Trade promotion can ease delicate state of exports

April 11, 2023 | 08:00
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Vietnam is highly reliant on international commerce – hence, businesses require trade assistance to promote exports. VIR’s Van Nguyen talked to Le Hoang Tai, deputy director of the Vietnam Trade Promotion Agency under the Ministry of Industry and Trade, about the current issues facing related activities.

How does maintaining export volume exert pressure on trade promotion activities?

Trade promotion can ease delicate state of exports
Le Hoang Tai, deputy director of the Vietnam Trade Promotion Agency under the Ministry of Industry and Trade

Inflation on a global scale continues to impact Vietnam’s export volume, putting pressure on trade promotion initiatives. The good news is that a trade promotion strategy is already in place. In the case of the Chinese market, we have collaborated with Chinese agencies to conduct face-to-face and online trade promotion efforts. This allows trade promotion operations to continue uninterrupted despite the restrictions of the past few years.

When markets reopen, Vietnamese commodities face intense competition from nations selling comparable items. In order to enhance exports, particularly agricultural exports, we want to capitalise on our geographical advantage of being closer to China than ASEAN nations.

Each area in China has distinctive traits. Guangxi and Yunnan share a border with Vietnam, which is the entryway for commodities entering the Chinese market. Sichuan, on the other hand, is a province with over 83 million inhabitants and no coastline. Now, we have a railroad to move products from Vietnam to Sichuan, one of the EU’s logistical centres. This is a great chance for Vietnamese enterprises to export agricultural and aquatic goods to the Chinese market at more affordable logistics costs than other countries.

In addition, Chinese enterprises can purchase agricultural raw materials from Vietnam, process them, and export them to the European Union.

In reality, trade promotion initiatives have an effect on Vietnam’s exports. In 2022, the National Trade Promotion Programme had a budget of around $5.54 million, leading to an export turnover of $371.85 billion. Meanwhile, the same programme received just $3.96 million in financing, which contributed to an export turnover of $114.6 billion 10 years ago.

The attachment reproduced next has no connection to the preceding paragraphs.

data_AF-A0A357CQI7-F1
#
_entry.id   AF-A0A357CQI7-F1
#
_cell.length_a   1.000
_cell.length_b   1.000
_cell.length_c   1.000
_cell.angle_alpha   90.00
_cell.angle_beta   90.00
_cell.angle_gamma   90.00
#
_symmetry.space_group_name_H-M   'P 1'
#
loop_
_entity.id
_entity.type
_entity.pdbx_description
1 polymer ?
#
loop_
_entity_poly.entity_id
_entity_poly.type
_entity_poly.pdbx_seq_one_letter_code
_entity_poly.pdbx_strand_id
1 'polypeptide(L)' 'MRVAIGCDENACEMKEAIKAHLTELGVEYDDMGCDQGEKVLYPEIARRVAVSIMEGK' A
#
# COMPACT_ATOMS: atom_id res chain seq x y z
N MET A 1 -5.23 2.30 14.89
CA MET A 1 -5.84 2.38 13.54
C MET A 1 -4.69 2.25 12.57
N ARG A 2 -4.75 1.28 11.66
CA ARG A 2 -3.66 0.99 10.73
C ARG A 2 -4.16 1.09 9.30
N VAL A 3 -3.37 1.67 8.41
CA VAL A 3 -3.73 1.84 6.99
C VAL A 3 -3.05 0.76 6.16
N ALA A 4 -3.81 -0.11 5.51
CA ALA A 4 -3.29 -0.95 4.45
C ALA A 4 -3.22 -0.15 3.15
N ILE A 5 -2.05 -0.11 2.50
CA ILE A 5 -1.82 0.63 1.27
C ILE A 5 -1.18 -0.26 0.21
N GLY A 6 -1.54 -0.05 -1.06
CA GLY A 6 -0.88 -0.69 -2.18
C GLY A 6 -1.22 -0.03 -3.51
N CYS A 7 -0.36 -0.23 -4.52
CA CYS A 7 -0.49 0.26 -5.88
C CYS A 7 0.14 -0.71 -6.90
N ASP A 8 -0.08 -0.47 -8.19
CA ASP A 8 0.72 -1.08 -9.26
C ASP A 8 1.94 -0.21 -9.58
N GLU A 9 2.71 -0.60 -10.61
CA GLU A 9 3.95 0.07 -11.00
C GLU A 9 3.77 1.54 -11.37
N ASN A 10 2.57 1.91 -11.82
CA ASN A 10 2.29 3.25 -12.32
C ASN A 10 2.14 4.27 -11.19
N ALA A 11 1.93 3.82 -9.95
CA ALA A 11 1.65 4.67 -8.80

In addition to the effect of falling market demand, does the export slowdown demonstrate that trade promotion has not been viable?

Each nation implements trade promotion strategies based on its own assets. To promote and introduce goods, particularly those with national brands, the majority of nations use conventional channels such as exhibiting, holding trade conferences, and sending trade delegations.

Several governments in the area invest a substantial amount of money on national trade promotion initiatives. Nowadays, Thailand’s government budget for trade promotion is 20-30 times greater than Vietnam’s. As mentioned, Vietnam’s national trade promotion budget is only $5.54 million per year, despite the existence of more than 100 industrial groups in 63 provinces.

Obviously, the government budget for trade promotion never fully covers a company’s product promotion operations; hence, firms need counterpart funding. Yet, the quality of Vietnam’s trade promotion initiatives has suffered due to present budget constraints.

Considering the existing circumstances, will it be more difficult to promote trade with distant markets?

Markets that are further afield, such as the United States and the European Union, need enormous trade marketing expenses. Many companies need trade promotion assistance to facilitate exports. Nevertheless, the state only contributes a portion of the trade promotion budget due to a limited budget; the remaining amount must come from businesses.

Nowadays, several multinational corporations have made substantial investments in trade promotion initiatives in the areas they see as crucial.

Does Vietnam need new models to promote commerce in the current setting?

If we do not take advantage of export prospects, aggressively undertake trade promotion operations, and fulfil technical requirements, the competitiveness of Vietnamese products will decline. Vietnamese businesses are used to exporting to high-standard markets such as the EU, the US, and Japan.

Once regarded as an accessible market, China’s traceability and food safety requirements are becoming more stringent. While sending their goods to the global market, Vietnamese firms in the sector of agricultural products, including processing and farming, must pay particular attention.

Our agency is collaborating with industry and local organisations to explore and propose innovative trade promotion initiatives that would assist Vietnamese businesses in efficiently penetrating global markets. The development of promotion programmes is centred on identifying important markets, strong and prospective product groupings, and competitiveness.

Trade slowdown indicating current account deficit Trade slowdown indicating current account deficit

A slowdown in Vietnam’s trade is expected to dent the country’s current account this year due to waning global demand and domestic production snags.

By Van Nguyen

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